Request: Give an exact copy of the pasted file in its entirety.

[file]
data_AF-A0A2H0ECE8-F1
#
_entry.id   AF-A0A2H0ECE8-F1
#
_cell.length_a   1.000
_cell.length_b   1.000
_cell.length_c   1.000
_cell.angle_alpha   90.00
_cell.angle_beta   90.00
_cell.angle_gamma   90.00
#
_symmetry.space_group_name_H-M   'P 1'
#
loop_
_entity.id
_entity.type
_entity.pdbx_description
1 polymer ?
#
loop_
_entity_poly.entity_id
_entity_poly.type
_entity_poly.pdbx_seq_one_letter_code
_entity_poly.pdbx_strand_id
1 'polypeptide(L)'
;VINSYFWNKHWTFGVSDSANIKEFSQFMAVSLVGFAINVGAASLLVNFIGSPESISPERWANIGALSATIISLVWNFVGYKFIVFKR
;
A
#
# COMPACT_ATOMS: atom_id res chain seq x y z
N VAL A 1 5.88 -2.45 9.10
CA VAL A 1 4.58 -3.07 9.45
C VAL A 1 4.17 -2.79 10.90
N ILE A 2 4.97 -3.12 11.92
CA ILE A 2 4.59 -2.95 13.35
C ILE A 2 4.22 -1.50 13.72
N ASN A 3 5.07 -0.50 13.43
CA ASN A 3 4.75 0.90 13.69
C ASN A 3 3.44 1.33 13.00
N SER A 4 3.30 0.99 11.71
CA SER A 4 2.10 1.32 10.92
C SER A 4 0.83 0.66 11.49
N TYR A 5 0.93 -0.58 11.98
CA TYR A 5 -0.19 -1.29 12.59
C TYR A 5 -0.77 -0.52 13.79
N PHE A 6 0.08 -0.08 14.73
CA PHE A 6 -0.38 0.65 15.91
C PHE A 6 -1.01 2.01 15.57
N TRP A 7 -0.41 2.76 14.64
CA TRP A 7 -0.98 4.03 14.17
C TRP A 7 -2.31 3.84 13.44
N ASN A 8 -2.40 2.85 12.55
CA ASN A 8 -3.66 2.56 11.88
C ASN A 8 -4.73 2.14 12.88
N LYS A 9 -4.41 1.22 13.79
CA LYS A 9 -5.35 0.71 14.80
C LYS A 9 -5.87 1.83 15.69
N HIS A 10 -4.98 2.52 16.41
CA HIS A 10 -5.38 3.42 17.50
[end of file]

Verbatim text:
data_AF-A0A2H0ECE8-F1
#
_entry.id   AF-A0A2H0ECE8-F1
#
_cell.length_a   1.000
_cell.length_b   1.000
_cell.length_c   1.000
_cell.angle_alpha   90.00
_cell.angle_beta   90.00
_cell.angle_gamma   90.00
#
_symmetry.space_group_name_H-M   'P 1'
#
loop_
_entity.id
_entity.type
_entity.pdbx_description
1 polymer ?
#
loop_
_entity_poly.entity_id
_entity_poly.type
_entity_poly.pdbx_seq_one_letter_code
_entity_poly.pdbx_strand_id
1 'polypeptide(L)'
;VINSYFWNKHWTFGVSDSANIKEFSQFMAVSLVGFAINVGAASLLVNFIGSPESISPERWANIGALSATIISLVWNFVGYKFIVFKR
;
A
#
# COMPACT_ATOMS: atom_id res chain seq x y z
N VAL A 1 5.88 -2.45 9.10
CA VAL A 1 4.58 -3.07 9.45
C VAL A 1 4.17 -2.79 10.90
N ILE A 2 4.97 -3.12 11.92
CA ILE A 2 4.59 -2.95 13.35
C ILE A 2 4.22 -1.50 13.72
N ASN A 3 5.07 -0.50 13.43
CA ASN A 3 4.75 0.90 13.69
C ASN A 3 3.44 1.33 13.00
N SER A 4 3.30 0.99 11.71
CA SER A 4 2.10 1.32 10.92
C SER A 4 0.83 0.66 11.49
N TYR A 5 0.93 -0.58 11.98
CA TYR A 5 -0.19 -1.29 12.59
C TYR A 5 -0.77 -0.52 13.79
N PHE A 6 0.08 -0.08 14.73
CA PHE A 6 -0.38 0.65 15.91
C PHE A 6 -1.01 2.01 15.57
N TRP A 7 -0.41 2.76 14.64
CA TRP A 7 -0.98 4.03 14.17
C TRP A 7 -2.31 3.84 13.44
N ASN A 8 -2.40 2.85 12.55
CA ASN A 8 -3.66 2.56 11.88
C ASN A 8 -4.73 2.14 12.88
N LYS A 9 -4.41 1.22 13.79
CA LYS A 9 -5.35 0.71 14.80
C LYS A 9 -5.87 1.83 15.69
N HIS A 10 -4.98 2.52 16.41
CA HIS A 10 -5.38 3.42 17.50